A Diet Your Bird Would Eat in the Wild – It’s Healthier, Right?

A Diet Your Bird Would Eat in the Wild – It’s Healthier, Right?

Last Updated on by Mitch Rezman

Super Bowl Sunday and we’re pinned in by snow and freezing temperatures. Popcorn our blacktail Albino Cockatiel (A.k.a. the tail dragger) flitting between the top of my computer monitor play stand and the floor creating little clouds of seed husks and the pieces of woven IKEA baskets at the bottom of our entertainment center.
How do I pick what to write about each week? I’m an analog guy living in a digital world. Being a post-war baby boomer I grew up watching black-and-white TV. I still like watching old war movies where the radio guy is frantically turning dials trying to “tune in” to a certain radiofrequency.
You may be reading this from an email, on our blog, or perhaps from a link from a social media site. We have an 800 number. That puts me in front of a LOT of people. Asking for your feedback and listening to your bird care challenges, has fallen under the “be careful what you wish for column”. It’s getting kind of noisy here people – but in a good way. There is no app or software that truly allows you to “tune in” I try to get out there and chat with a lot of you – if’s the analog side of things. So I’ll usually pick a topic with the most “noise” at the time I’m sitting down to write.
A constant source of discussion is bird nutrition. The calls and the inquiries start many times with, “we want our birds to eat what they would eat in the wild so they can eat healthy!’ Which makes perfect sense, to provide the equivalent of what your bird would eat in the South American rain forest, Australian Outback or Serengeti plains in Africa.
How can I say this indelicately? I can’t – Are you freakin nuts? It’s not uncommon to see flocks of birds in the wild with a mortality rate of 20% or more. Did you know the largest threat to California Condors is lead poisoning from carcasses that hunters choose to abandon?
Seriously, this is the 21st-century, Which seems to be the century of “can we make things any more complicated?” Social media sites are filled with every bird companion’s opinion on proper nutritional programs for hundreds of parrot/bird and parakeet species. Lots of conflicting evangelists. What’s right for your bird? Quite frankly, I’m not sure, so over the next few weeks, I’m going to lay out all the nutritional options we offer. Then you can hopefully begin to decide, the path you seek to follow.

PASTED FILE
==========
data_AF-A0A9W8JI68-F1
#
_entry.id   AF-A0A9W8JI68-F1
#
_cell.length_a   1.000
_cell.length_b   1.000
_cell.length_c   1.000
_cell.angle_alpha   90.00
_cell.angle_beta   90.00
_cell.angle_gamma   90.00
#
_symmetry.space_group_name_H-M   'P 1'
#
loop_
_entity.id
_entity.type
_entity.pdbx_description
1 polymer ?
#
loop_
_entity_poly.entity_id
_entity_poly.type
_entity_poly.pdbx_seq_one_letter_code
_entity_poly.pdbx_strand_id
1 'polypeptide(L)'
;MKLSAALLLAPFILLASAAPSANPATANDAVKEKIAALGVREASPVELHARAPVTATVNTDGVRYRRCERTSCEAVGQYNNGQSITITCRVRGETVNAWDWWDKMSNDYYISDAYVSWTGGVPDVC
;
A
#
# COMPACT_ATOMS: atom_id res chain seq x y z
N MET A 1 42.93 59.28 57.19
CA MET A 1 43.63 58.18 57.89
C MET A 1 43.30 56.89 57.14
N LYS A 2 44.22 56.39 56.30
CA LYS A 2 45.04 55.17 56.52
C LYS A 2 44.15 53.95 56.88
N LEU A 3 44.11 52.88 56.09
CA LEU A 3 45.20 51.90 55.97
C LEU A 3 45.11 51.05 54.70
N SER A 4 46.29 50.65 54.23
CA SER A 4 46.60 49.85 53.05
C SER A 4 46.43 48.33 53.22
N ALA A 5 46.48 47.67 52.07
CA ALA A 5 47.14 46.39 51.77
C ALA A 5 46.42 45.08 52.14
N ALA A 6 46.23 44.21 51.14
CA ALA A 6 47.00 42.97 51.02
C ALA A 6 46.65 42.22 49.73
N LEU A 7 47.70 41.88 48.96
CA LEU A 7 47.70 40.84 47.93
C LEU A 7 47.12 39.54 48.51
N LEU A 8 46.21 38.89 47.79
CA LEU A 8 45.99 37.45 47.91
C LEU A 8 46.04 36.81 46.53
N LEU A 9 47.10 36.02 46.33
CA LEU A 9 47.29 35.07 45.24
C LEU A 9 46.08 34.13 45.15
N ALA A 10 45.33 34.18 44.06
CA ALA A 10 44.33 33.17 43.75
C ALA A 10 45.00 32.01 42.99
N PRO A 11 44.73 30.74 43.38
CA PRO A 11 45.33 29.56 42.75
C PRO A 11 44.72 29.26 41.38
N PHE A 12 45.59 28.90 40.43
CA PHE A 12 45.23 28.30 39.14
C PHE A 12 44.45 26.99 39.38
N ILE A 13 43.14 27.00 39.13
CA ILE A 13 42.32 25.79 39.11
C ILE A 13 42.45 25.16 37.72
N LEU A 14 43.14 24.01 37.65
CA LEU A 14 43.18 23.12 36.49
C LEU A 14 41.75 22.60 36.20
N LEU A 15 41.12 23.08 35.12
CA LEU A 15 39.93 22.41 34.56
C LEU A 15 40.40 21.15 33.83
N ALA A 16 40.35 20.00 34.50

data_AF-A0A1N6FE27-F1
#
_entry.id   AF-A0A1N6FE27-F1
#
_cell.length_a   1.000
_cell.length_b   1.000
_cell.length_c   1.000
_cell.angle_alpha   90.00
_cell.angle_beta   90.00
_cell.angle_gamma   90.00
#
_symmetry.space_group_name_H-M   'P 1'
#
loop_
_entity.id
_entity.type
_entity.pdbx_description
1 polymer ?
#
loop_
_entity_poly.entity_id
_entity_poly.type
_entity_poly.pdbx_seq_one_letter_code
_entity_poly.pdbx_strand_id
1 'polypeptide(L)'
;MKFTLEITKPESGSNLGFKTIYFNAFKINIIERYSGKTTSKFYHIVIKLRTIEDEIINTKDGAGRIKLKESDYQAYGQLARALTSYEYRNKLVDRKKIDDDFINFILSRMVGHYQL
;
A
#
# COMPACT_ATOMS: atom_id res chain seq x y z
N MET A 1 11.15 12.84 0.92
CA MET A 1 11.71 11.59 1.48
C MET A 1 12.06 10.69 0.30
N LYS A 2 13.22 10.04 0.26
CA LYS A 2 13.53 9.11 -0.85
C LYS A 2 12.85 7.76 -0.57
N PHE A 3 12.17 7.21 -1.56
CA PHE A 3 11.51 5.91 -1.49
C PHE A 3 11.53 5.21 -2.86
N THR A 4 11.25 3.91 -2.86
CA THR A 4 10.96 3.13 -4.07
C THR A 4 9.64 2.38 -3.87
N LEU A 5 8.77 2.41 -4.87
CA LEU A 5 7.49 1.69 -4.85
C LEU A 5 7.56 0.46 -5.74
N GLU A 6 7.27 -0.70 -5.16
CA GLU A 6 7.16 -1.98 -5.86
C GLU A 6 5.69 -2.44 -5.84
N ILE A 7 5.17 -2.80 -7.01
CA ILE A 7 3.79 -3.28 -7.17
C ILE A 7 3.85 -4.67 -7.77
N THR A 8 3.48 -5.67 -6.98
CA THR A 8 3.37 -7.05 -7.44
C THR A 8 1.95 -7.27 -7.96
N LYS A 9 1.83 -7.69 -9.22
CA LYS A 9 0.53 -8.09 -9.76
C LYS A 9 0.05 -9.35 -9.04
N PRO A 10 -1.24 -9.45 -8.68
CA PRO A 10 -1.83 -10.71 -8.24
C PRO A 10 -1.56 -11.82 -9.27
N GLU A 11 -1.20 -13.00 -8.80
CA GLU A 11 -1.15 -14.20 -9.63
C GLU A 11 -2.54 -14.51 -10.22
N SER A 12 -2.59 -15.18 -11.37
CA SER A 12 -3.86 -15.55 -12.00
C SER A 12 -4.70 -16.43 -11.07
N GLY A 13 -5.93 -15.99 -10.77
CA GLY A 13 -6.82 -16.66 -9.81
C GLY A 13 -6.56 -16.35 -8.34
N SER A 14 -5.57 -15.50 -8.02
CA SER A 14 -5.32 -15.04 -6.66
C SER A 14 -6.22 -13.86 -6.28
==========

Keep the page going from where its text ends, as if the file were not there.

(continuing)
I will frame this by telling you that if your bird is getting good nutrition, don’t change what works. In that, we offer a huge variety of bird food and treats you may see things you haven’t before. Different doesn’t need to mean better. We just wanted to let you know there are solutions – even for “your” bird
We’ve been offering Hagen For about 10 years. Hagen bird foods are unique for a number of reasons. Notably, they use approximately 350 pairs of parrots both domestic and wild-caught to develop their brand. One notable statement Mark Hagen the developer of these foods makes is “Some Breeders have a romantic notion that captive diets which are complicated, labor-intensive, using expensive ingredients are the most nutritious. Yet it is possible to feed easy to prepare, cost-efficient diets which do not compromise proper levels of essential nutrients.”
Hagen has and continues to micro measure input as well as output, Hagen has been able to create a full line of avian nutrition is split into three brands. Living World, Tropimix & Tropican. Living World Premium Parrot Food contains assorted exotic nuts, naturally grown fruits and vegetables, plus Tropican Fruity Granules. It can be a good diet base when combined with the appropriate fresh foods.

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